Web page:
Wondering what to do in Orlando that doesn’t involve the famous mouse or long lines at theme parks? Here are some ideas.• Sushi Pop, 310 W Mitchell Hammock Rd., Oviedo. Nestled in the corner of a strip mall in the middle of suburbia is a tasty sushi restaurant with a Japaname theme. The walls are full of colorful pop art, the décor is modern white leather seats, and the bar that shares space with the kitchen is decorated with bonsai trees that look straight out of the Karate Kid movies.
The menu is just as impressive, with an array of unique sushi rolls (our picks were Hot Mess and Drama Queen) at modest prices ($4-$15), or go for the Sashimi Moriawase, an assortment of the daily catch, some imported from Japan, with toppings and sauces, served with imported soy and fresh wasabi for sharing at $36. There is also a regular menu — steak, fish, chicken — for those who prefer more traditional fare, and the dessert selections remind us more of something from a massive suburban chain than from a small boutique restaurant. Make sure to call ahead for reservations, as the place is packed on a regular basis.
Hours: 5-10 p.m. Tuesday through Thursday and Sundays; 5-11 p.m. Fridays and Saturdays.
Web: www.sushipoprestaurant.com.• One 80 Grey Goose Lounge, 400 W. Church St. Atop the Amway Center, home of the NBA’s Orlando Magic, is a lounge that feels more South Beach than Blizzard Beach. On Friday and Saturday nights the indoor/outdoor space takes advantage of spectacular city views on the terrace and attracts a young, professional crowd who dress to impress. There’s no guest list, but there is a velvet rope to ensure you meet the dress code. Local DJs provide the beats, and the cocktails are topped by Grey Goose classics and bottle service — at Orlando prices, not South Beach prices.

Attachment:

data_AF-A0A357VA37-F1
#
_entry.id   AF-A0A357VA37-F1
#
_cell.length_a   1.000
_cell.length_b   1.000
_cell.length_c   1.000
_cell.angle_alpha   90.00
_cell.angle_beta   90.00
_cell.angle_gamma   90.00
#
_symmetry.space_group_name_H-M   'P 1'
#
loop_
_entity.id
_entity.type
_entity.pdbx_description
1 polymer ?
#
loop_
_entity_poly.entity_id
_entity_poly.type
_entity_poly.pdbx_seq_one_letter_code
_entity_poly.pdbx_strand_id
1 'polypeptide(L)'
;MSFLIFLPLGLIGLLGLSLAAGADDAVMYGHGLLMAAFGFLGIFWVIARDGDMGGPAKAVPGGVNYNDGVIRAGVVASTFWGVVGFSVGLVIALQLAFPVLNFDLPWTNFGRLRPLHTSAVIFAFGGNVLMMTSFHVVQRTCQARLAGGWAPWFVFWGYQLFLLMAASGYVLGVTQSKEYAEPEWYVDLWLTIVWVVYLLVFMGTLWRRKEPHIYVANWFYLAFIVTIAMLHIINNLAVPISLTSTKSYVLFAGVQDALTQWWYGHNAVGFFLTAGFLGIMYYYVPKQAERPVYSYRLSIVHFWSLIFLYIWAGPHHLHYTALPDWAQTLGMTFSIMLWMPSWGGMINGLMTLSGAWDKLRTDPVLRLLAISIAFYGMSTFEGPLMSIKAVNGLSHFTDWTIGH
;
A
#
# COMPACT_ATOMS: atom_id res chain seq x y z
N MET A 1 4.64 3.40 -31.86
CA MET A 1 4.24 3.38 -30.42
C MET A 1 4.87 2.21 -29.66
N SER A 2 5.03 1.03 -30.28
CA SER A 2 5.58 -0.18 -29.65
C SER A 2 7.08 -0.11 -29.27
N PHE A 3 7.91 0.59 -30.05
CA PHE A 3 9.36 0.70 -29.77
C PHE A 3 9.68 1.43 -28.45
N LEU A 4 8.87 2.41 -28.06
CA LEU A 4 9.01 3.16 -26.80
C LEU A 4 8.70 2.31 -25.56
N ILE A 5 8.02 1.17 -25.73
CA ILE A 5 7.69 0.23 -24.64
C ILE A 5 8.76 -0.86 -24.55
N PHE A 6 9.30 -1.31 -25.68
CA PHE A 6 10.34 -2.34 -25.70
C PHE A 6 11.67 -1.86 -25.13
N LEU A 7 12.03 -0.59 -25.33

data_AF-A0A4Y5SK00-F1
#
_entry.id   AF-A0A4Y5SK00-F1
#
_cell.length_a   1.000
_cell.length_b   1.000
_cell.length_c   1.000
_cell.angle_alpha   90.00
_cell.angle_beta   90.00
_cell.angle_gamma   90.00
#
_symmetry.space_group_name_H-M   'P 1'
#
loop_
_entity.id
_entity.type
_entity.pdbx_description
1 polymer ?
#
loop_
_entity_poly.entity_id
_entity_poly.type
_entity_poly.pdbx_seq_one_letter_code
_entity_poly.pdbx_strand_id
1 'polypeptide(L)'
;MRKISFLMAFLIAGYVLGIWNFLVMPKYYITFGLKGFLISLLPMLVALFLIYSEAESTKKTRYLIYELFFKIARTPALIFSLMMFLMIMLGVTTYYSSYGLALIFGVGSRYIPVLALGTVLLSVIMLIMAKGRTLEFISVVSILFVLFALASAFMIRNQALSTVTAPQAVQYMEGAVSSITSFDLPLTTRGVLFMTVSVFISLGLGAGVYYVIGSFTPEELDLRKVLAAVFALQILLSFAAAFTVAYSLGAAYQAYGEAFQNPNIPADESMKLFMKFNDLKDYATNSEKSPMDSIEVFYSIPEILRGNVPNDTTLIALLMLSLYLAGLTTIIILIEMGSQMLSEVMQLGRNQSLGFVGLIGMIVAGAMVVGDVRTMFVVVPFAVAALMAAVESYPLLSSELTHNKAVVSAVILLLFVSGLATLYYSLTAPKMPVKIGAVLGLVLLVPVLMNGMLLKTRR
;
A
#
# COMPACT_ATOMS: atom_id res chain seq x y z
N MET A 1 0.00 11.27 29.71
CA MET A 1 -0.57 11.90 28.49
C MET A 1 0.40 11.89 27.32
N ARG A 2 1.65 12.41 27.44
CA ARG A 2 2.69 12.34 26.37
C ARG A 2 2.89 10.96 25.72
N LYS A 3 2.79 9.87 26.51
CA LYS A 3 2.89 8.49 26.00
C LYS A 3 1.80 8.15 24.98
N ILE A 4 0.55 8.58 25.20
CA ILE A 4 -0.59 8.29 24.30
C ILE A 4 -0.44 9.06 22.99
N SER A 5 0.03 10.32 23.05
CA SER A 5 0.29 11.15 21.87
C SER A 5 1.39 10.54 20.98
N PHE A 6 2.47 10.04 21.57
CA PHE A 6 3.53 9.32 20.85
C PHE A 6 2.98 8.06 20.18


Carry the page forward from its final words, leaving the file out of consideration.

Hours: 10 p.m.-2:30 a.m. Fridays and Saturdays; 9 p.m.-2:30 a.m. Wednesdays.
Web: www.180downtown.com.• Thornton Park, 800 E. Washington St. Located in a neighborhood of restored bungalow homes, many with wrap-around porches, is a main street with plenty of choices for dinner or bar hopping. From the popular Dexter’s to the Wildside BBQ Bar & Grill, the funky Graffiti Junction and Anthony’s Pizza Cafe on the corner, these four blocks are straight out of a ski town and perfect for strolling in the late afternoon or evenings.
Web: www.gothorntonpark.com.• CSI: The Experience, 7220 Exhibition and Event Center on International Drive. Ready to solve a mystery? This place is part exhibit and part game of Clue. You get to inspect DNA results, blood splatter analyses, toxicology reports and forensic data. The 12,000 square foot space includes a crime scene and a crime lab.
Tickets: $19.95 for adults; $12.95 for children 5-12.
Hours: 9 a.m.-9 p.m. daily
Web: www.csitheexperience.org.• The Ravenous Pig, 1234 N. Orange Ave., Winter Park. When chefs around the country put this American gastropub on their must-visit list, you know it has to be good. Expect nothing but the best from James and Julie Petraki at the quaint, upscale spot, from the can’t-miss pork porterhouse or charred octopus to Saffron Maltagliati pasta and Pig Tails for dessert (warm cinnamon-sugar tossed fritters, chocolate espresso sauce). Expect to get turned away if you don’t have a reservation. The popularity of this joint is high. Tips: If you can, sit at the bar – it’s more fun and relaxed. And take advantage of the comp valet.
Hours: Dinner 5:30-9:30 p.m. Monday through Thursday, 5:30-10-30 p.m. Fridays and Saturdays; lunch 11:30 a.m.-2 p.m. Tuesdays through Saturday.